Tazieh, Revives the Tragedy of Karbala
Considered by many as one of the most outstanding religious dramas, Ta’zieh narrates the sad tale of historical malice, which our holy Prophet Muhammad (SAW), and his kin, suffered. One of such sad tales circles around the bitter and heartbreaking events, which led to the tragic martyrdom of Imam Hussain (AS) in the Neinava dessert around the year 680 A.D. (61 A.H.)
Ta’zieh by itself is synonymous with the word “holy mourning” or grief, especially in the case of the tragedy at Karbala. Properly delivered, it takes the shape of an art, which has survived centuries of ups and downs in Iranian history. Muslims have never missed out on one Ta’zieh occasion all through their hard times. But of course the way it is carried out today has changed in more than one way. Compared to all the other holy ceremonies and festivals, Ta’zieh is so highly praised that few can out do it in divinity or even popularity. The wet eyes of the audience of this drama emphasize the grandeur of this tragedy and once again, reinforce the fact that Ta’zieh is a thrilling religious ceremony.
The underlying philosophy behind it arises from the spirit of justice-seekers who have stood up against evil all through their lives. Other than just being popular amongst the Muslim community, it serves as a source of spiritual enlightenment, and with its emotional outcomes, purifies the soul and mind of humanity. The date of its initiation is traced back to the fourth century, after the Hijrah of Prophet Muhammad (SAW).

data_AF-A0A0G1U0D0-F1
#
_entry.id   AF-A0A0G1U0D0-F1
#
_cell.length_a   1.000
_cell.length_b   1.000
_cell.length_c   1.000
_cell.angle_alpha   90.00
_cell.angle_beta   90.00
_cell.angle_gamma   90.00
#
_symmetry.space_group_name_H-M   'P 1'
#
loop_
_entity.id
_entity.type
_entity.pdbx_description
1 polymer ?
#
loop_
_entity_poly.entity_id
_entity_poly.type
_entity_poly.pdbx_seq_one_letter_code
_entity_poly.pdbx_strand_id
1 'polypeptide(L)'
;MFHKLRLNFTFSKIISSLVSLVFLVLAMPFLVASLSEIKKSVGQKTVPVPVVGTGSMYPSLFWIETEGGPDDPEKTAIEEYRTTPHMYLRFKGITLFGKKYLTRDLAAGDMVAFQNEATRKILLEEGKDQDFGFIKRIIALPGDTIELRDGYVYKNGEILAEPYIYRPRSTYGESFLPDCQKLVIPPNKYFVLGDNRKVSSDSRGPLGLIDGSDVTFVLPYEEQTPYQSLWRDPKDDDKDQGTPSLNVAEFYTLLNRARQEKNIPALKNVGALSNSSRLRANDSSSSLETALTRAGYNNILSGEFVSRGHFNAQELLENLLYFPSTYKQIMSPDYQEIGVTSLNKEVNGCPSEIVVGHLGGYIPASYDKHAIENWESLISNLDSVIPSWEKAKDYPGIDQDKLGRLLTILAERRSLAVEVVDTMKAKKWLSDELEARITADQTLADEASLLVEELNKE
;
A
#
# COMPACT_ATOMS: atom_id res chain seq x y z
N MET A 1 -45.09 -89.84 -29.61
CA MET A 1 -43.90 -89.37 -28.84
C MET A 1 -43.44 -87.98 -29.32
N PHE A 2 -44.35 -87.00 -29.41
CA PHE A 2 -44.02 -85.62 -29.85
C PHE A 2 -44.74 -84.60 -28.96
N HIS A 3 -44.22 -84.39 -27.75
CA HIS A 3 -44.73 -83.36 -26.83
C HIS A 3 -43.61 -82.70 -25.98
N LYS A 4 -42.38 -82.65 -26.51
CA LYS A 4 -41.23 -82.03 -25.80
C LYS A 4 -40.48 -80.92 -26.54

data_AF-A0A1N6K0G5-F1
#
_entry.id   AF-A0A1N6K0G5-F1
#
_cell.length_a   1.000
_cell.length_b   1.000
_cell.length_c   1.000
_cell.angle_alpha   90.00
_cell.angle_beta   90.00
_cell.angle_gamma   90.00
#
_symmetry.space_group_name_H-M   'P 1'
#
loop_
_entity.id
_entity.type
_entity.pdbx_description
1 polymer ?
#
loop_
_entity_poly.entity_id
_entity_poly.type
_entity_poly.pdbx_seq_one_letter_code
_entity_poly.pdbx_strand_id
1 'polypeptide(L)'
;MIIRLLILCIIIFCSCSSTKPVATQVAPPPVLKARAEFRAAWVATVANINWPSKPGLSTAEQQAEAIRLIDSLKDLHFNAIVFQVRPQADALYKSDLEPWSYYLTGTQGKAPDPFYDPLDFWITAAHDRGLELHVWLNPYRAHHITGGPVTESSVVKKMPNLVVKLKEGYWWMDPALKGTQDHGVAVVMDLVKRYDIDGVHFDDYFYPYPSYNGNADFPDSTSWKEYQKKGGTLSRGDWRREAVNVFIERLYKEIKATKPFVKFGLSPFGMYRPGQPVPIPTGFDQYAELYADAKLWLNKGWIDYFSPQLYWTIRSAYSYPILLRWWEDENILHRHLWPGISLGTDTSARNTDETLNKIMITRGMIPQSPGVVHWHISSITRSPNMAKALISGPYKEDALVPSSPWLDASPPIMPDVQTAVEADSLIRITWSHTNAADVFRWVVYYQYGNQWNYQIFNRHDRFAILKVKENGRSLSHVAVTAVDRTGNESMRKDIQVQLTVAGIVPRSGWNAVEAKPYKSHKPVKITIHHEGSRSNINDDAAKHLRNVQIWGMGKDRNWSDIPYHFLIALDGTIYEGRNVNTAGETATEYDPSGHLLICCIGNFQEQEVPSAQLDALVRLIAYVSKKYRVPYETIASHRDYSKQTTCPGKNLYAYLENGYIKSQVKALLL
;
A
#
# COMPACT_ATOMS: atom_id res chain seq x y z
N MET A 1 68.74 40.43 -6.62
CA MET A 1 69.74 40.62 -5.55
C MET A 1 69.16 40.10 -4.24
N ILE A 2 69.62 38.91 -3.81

Edward Browne, author of The Literary History of Persia, with the support of two Iranian and German documentaries, recognizes Moiz-ud-Dowlah Deilami as its initial founder who lived around the year 963 A.D. Evidently, after assuming his position at the Caliph’s court in Baghdad, Moiz-ud-Dowlah initiated ten days of mourning at the beginning of the holy month of Muharram and thus, ordered all the shops in Baghdad to be closed during this period. People were asked to dress in black in order to display the depth of their grievance and sorrow. This command made mourning an official and communal ceremony and later established the foundation for Ta’zieh as is seen today, during the Safavid era (1501-1722 AD).